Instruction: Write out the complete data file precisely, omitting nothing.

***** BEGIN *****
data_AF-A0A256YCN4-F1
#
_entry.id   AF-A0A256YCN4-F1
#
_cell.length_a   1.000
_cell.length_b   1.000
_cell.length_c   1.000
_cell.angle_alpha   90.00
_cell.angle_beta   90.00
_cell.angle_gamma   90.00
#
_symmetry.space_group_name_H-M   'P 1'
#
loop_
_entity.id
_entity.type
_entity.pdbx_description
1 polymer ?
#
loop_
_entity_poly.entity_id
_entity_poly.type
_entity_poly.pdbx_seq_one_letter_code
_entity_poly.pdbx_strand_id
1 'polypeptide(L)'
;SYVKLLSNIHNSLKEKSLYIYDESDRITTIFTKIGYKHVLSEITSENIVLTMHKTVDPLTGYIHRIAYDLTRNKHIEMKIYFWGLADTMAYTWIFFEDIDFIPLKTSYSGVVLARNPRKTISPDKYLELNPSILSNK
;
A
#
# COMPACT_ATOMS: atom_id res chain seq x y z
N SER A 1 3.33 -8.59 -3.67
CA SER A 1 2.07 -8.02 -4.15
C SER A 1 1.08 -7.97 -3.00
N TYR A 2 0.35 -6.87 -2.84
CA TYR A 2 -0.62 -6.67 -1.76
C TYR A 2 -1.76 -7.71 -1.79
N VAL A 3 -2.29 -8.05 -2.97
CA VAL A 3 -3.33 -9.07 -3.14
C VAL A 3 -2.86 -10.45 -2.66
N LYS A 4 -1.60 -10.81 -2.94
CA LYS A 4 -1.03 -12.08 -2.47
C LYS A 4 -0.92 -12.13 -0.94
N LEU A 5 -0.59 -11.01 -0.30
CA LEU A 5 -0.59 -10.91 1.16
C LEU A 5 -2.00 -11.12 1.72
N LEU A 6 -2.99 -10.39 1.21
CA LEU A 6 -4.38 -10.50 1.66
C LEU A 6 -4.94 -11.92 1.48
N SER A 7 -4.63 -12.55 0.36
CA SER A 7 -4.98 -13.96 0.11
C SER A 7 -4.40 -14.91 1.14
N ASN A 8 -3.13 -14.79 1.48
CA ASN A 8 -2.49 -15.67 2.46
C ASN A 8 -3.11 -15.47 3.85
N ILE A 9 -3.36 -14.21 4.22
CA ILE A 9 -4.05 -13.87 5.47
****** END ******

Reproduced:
data_AF-A0A256YCN4-F1
#
_entry.id   AF-A0A256YCN4-F1
#
_cell.length_a   1.000
_cell.length_b   1.000
_cell.length_c   1.000
_cell.angle_alpha   90.00
_cell.angle_beta   90.00
_cell.angle_gamma   90.00
#
_symmetry.space_group_name_H-M   'P 1'
#
loop_
_entity.id
_entity.type
_entity.pdbx_description
1 polymer ?
#
loop_
_entity_poly.entity_id
_entity_poly.type
_entity_poly.pdbx_seq_one_letter_code
_entity_poly.pdbx_strand_id
1 'polypeptide(L)'
;SYVKLLSNIHNSLKEKSLYIYDESDRITTIFTKIGYKHVLSEITSENIVLTMHKTVDPLTGYIHRIAYDLTRNKHIEMKIYFWGLADTMAYTWIFFEDIDFIPLKTSYSGVVLARNPRKTISPDKYLELNPSILSNK
;
A
#
# COMPACT_ATOMS: atom_id res chain seq x y z
N SER A 1 3.33 -8.59 -3.67
CA SER A 1 2.07 -8.02 -4.15
C SER A 1 1.08 -7.97 -3.00
N TYR A 2 0.35 -6.87 -2.84
CA TYR A 2 -0.62 -6.67 -1.76
C TYR A 2 -1.76 -7.71 -1.79
N VAL A 3 -2.29 -8.05 -2.97
CA VAL A 3 -3.33 -9.07 -3.14
C VAL A 3 -2.86 -10.45 -2.66
N LYS A 4 -1.60 -10.81 -2.94
CA LYS A 4 -1.03 -12.08 -2.47
C LYS A 4 -0.92 -12.13 -0.94
N LEU A 5 -0.59 -11.01 -0.30
CA LEU A 5 -0.59 -10.91 1.16
C LEU A 5 -2.00 -11.12 1.72
N LEU A 6 -2.99 -10.39 1.21
CA LEU A 6 -4.38 -10.50 1.66
C LEU A 6 -4.94 -11.92 1.48
N SER A 7 -4.63 -12.55 0.36
CA SER A 7 -4.98 -13.96 0.11
C SER A 7 -4.40 -14.91 1.14
N ASN A 8 -3.13 -14.79 1.48
CA ASN A 8 -2.49 -15.67 2.46
C ASN A 8 -3.11 -15.47 3.85
N ILE A 9 -3.36 -14.21 4.22
CA ILE A 9 -4.05 -13.87 5.47